Someone once brought to my attention the fact that this is not about being so stubborn that "come hell or high water, I will not eat out this month!" but that it is more about the spirit of the undertaking. In the case of my Cheesecake Factory experience, I had to surrender to the poverty of 'yes'. By adhering to our plans and "breaking my commitment" I had to swallow my pride, proceed with the dinner plans, and realize that not eating out for a month is not about gaining bragging rights or proving that I can do it: it's about what I learn by making (or not making) that sacrifice. The fact that I even set out on that path and was open to the lessons that would come with it is more important than if I "succeeded" in the mission of the month. Success is such a relative term anyway. 

This experiment is not perfect, and I realize that more and more each month as I think of a greater challenge, a more authentic form of poverty that I should be living, but my shortcomings do not limit God's work in and through this experiment - it has still been beautifully fruitful. +

Wednesday, October 13, 2010

to humbly receive

I would like to share about my month of September: I tacked on another challenge to the experiment. I decided to avoid eating out, as a sacrifice and a more truer form of poverty, and well, it was both more and less difficult than it should have been.

The more difficult part was a result of a condition I have: I am a social butterfly to the core. I'm not really one to eat out unless it's on social terms, and that probably occurs more frequently than is healthy, for many reasons (see post on time). So because it is a normal thing for me to grab dinner or lunch or coffee with a friend or relative, my breaking that habit presented quite a moral dilemma at times. Do I eat out to be polite because someone has invited me, tell them I'm busy until October, or witness to them by sharing about what I'm doing and why I'm doing it (hmm...good question...) and perhaps actually make an impact with this experiment?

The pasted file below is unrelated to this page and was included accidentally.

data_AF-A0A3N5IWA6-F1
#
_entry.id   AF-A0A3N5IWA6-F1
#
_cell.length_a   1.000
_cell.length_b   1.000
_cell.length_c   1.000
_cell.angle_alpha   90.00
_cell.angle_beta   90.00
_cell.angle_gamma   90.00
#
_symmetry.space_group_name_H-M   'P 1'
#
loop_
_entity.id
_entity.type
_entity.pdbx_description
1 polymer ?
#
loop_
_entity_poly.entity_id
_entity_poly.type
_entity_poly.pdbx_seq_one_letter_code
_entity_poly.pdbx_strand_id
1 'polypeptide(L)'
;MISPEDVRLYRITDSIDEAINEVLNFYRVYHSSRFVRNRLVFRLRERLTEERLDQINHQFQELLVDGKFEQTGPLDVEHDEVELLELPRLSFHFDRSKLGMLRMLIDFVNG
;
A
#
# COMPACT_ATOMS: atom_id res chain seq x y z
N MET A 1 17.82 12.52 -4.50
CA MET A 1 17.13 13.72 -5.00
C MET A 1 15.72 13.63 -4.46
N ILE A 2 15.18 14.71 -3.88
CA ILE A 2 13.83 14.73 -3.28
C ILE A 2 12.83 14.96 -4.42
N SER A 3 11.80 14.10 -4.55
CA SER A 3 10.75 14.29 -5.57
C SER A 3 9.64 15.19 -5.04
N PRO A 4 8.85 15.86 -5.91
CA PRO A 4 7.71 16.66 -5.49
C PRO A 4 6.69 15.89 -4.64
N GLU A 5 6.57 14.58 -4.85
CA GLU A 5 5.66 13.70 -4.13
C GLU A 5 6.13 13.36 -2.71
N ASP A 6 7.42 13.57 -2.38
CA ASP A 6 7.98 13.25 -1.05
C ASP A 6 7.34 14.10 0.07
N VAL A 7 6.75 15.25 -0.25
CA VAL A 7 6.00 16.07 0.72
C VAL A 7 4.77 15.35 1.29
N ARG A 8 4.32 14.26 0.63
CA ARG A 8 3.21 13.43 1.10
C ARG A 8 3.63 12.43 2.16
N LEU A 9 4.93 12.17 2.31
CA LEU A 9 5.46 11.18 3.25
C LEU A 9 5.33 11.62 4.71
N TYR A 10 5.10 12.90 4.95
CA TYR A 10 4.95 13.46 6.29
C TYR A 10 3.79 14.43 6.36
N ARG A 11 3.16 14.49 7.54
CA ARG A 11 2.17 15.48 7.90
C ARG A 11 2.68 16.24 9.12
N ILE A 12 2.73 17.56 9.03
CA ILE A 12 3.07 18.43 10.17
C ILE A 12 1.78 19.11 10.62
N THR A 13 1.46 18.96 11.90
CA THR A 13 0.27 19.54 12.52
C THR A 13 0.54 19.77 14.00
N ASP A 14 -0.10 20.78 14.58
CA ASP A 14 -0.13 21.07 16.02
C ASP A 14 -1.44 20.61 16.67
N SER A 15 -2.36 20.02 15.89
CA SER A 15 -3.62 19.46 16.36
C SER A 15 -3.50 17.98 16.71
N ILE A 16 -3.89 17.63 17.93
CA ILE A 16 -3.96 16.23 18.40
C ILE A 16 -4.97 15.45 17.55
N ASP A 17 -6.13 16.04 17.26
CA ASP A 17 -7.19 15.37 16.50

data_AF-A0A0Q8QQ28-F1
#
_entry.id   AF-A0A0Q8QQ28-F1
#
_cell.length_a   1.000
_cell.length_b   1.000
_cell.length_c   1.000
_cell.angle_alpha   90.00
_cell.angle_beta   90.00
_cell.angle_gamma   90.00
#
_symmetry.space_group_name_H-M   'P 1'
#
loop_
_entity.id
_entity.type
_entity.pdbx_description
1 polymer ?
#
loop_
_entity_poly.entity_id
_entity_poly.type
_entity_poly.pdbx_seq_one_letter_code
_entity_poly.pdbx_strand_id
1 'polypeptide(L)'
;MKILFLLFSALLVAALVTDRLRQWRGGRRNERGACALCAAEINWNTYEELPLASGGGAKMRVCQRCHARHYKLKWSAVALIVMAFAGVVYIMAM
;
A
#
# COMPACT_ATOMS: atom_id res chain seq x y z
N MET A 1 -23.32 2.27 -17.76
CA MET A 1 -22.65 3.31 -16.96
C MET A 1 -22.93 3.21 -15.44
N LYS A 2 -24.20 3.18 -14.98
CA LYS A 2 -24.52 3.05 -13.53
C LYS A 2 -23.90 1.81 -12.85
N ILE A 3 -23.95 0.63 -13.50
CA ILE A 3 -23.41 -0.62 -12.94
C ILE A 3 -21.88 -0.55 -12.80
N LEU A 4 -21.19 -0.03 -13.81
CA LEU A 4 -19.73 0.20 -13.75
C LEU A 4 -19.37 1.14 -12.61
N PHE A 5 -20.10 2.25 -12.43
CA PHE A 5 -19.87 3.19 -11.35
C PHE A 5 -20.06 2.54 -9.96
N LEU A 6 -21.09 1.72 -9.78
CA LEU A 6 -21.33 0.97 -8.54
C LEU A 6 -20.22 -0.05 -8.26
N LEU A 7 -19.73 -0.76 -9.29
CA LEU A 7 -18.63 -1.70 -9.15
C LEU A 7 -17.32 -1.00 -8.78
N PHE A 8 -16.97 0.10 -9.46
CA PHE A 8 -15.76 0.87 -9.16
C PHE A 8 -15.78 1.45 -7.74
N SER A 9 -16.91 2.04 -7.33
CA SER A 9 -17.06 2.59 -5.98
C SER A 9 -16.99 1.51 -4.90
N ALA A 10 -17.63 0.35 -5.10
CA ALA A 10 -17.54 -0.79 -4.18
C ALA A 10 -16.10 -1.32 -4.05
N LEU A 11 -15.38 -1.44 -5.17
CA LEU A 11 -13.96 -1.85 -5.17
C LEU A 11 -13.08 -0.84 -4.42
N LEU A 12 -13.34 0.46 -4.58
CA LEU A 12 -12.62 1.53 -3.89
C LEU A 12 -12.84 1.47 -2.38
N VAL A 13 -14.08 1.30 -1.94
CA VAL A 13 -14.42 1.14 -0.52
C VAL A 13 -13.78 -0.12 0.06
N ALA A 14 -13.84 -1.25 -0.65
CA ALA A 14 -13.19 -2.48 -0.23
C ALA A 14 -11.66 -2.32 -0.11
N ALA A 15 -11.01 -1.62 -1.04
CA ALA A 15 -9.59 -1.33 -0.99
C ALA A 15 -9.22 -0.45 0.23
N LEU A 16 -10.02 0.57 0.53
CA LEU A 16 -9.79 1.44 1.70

It's hard to know what the right answer to that question is, and I think my conscience, in it's moments of rationalization, would like to think that depending on the circumstances there are different right answers. Maybe polite society would argue that this is true, but you don't win souls for Christ by being polite. 

There were two instances where I did eat out, both because they had been previously scheduled, but also because, to be honest, I didn't rise to the challenge of being a witness. I chose the polite route. Was this the result of a fear of humiliation?

People in poverty - financial poverty - do not have the money to go out to eat very often, if at all, and so I imagine that status comes with a lot of humiliation. It is extraordinarily humbling to admit to someone that you cannot afford something that they can, not only because it is a blow to one's sense of self-worth (which, for too many people, is defined by their income and material possessions), but also because there may come a time when betraying your financial status elicits charity. 

In our independent and self-sufficient society, it is difficult to accept generosity in whatever form it may present itself, and isn't that a crying shame? Of course our world is broken: in their selfishness, people forget to be charitable - to be loving - and so is it any wonder why there is a lack of trust and willingness to accept charity when it is offered? To accept God when He manifests Himself in the form of love, of generosity, of a gift that our pride does not allow us to receive? 

In a cut-throat culture that takes and does not give, it can be hard to believe that someone might actually be good enough to be capable of this charity. I cannot help but think this may be why so many people reject the greatest gift ever given to us: Life, found in the Most Holy Eucharist. 
God Himself comes down and allows us to consume Him in the simple form of bread and wine - the Creator of the entire universe allow us to take Him into our mouths! He willingly travels through our bodies, feeding our souls, filling us more than we could ever hope to be filled by anything else: and all this, humbly, only if we choose to receive Him. To receive His Gift. of Everything.  

More to come. +